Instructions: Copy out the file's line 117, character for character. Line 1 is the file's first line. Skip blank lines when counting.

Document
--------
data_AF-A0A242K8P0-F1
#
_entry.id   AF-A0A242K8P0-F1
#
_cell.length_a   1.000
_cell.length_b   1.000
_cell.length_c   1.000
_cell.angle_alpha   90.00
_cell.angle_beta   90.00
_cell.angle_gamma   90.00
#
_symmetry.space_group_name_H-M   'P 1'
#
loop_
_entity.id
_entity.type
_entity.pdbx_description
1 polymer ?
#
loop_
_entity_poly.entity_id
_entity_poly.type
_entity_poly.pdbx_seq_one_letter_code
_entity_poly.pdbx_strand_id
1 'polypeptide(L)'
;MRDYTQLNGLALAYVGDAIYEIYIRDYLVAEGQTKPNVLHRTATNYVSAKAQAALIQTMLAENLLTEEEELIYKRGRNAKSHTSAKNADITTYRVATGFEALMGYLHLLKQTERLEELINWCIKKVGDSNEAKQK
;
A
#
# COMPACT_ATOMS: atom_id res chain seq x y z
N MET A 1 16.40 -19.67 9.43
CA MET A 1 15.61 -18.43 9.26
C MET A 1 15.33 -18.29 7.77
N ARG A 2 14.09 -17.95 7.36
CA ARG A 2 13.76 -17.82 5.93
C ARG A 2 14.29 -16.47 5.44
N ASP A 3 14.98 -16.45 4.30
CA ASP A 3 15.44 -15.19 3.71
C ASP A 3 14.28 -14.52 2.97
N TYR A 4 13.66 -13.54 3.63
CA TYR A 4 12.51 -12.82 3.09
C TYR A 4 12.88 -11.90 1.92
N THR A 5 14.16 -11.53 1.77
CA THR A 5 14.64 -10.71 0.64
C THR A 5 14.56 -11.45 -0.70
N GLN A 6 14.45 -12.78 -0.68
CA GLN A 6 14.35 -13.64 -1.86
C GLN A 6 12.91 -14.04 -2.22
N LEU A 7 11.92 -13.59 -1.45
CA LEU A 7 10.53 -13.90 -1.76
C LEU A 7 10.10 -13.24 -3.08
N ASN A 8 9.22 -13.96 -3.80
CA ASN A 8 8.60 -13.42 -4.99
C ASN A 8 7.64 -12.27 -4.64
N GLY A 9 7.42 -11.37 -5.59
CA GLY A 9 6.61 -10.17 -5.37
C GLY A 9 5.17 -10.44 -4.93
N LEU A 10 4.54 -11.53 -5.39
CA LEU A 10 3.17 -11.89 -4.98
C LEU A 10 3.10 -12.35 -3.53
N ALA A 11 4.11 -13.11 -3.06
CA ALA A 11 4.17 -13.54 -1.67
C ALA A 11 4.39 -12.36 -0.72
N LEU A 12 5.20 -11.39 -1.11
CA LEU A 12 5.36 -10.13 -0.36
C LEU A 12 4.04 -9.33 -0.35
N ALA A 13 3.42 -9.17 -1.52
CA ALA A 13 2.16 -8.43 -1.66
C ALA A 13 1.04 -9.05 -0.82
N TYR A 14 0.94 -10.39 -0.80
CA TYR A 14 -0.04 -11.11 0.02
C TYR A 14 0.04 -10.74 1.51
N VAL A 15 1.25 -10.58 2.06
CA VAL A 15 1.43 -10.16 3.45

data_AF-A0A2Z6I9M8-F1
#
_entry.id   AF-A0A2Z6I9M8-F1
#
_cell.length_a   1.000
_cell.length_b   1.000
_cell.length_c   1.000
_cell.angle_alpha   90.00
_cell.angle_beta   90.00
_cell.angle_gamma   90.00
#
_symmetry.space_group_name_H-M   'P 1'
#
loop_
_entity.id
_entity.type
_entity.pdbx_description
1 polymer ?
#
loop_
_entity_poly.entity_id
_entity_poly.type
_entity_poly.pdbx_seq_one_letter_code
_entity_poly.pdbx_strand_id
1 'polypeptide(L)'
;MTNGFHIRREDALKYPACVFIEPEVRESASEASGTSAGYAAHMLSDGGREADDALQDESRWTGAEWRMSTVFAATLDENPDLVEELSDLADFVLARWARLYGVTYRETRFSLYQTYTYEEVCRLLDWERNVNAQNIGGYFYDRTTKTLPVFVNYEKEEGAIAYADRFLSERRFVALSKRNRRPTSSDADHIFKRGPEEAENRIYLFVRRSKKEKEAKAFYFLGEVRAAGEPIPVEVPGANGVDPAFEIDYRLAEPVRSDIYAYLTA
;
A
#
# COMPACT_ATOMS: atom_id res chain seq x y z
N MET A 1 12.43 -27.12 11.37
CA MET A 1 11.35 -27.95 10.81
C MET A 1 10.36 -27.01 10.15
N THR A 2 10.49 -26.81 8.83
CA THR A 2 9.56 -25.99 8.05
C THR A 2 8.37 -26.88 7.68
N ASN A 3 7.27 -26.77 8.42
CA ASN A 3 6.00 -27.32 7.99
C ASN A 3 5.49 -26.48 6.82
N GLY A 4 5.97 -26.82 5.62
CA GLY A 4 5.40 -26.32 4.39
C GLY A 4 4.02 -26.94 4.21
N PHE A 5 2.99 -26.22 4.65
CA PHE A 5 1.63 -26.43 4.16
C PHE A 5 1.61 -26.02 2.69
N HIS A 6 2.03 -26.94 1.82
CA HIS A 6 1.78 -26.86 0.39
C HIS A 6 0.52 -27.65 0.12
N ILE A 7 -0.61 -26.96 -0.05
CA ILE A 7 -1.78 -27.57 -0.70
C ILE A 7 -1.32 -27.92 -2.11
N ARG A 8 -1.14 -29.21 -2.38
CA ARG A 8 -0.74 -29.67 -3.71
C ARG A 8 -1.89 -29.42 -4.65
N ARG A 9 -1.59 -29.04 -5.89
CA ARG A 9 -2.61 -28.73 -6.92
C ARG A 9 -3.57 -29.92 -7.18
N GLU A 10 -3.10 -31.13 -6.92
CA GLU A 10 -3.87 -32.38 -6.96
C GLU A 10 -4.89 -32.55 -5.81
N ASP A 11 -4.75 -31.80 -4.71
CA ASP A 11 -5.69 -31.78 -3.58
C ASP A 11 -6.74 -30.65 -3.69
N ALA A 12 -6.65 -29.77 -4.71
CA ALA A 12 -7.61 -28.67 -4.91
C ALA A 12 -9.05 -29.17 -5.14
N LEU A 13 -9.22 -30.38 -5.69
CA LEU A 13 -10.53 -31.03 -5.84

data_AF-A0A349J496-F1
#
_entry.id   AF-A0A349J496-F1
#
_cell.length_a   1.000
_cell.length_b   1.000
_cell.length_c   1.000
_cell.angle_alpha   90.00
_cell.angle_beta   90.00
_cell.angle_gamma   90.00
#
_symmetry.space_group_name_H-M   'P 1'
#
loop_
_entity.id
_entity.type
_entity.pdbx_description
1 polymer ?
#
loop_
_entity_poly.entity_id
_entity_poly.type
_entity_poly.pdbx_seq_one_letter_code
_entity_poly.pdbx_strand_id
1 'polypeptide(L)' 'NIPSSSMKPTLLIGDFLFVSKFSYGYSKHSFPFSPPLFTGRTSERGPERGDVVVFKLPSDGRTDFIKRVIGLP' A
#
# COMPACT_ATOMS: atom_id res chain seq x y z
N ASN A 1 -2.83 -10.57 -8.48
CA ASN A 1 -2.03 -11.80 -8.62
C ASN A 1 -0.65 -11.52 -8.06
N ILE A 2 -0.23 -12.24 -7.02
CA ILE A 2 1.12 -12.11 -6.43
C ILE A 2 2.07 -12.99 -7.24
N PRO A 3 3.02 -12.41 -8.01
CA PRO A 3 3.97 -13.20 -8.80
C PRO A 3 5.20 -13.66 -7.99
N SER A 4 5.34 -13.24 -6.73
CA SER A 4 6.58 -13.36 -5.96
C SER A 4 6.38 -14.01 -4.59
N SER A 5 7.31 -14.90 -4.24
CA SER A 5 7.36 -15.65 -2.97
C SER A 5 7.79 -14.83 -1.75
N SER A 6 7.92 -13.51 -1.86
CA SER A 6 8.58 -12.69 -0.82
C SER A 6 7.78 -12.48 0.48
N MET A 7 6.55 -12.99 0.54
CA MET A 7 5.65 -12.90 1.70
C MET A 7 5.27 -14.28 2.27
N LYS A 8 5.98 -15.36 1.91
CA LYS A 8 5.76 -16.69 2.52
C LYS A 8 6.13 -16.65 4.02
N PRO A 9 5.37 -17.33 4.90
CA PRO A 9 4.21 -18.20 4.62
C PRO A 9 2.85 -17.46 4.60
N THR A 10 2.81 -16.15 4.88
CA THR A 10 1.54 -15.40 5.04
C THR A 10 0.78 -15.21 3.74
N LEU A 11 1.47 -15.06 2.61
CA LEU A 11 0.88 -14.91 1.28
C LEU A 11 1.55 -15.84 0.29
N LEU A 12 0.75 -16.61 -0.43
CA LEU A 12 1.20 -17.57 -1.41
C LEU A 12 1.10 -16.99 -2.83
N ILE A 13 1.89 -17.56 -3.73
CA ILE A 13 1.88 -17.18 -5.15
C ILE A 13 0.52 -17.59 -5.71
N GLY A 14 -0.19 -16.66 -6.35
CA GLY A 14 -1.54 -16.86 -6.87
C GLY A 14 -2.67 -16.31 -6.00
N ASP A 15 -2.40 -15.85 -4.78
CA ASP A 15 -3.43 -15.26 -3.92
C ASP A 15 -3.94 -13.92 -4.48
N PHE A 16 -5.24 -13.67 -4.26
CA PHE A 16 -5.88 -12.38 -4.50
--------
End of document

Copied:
N PHE A 5 2.99 -26.22 4.65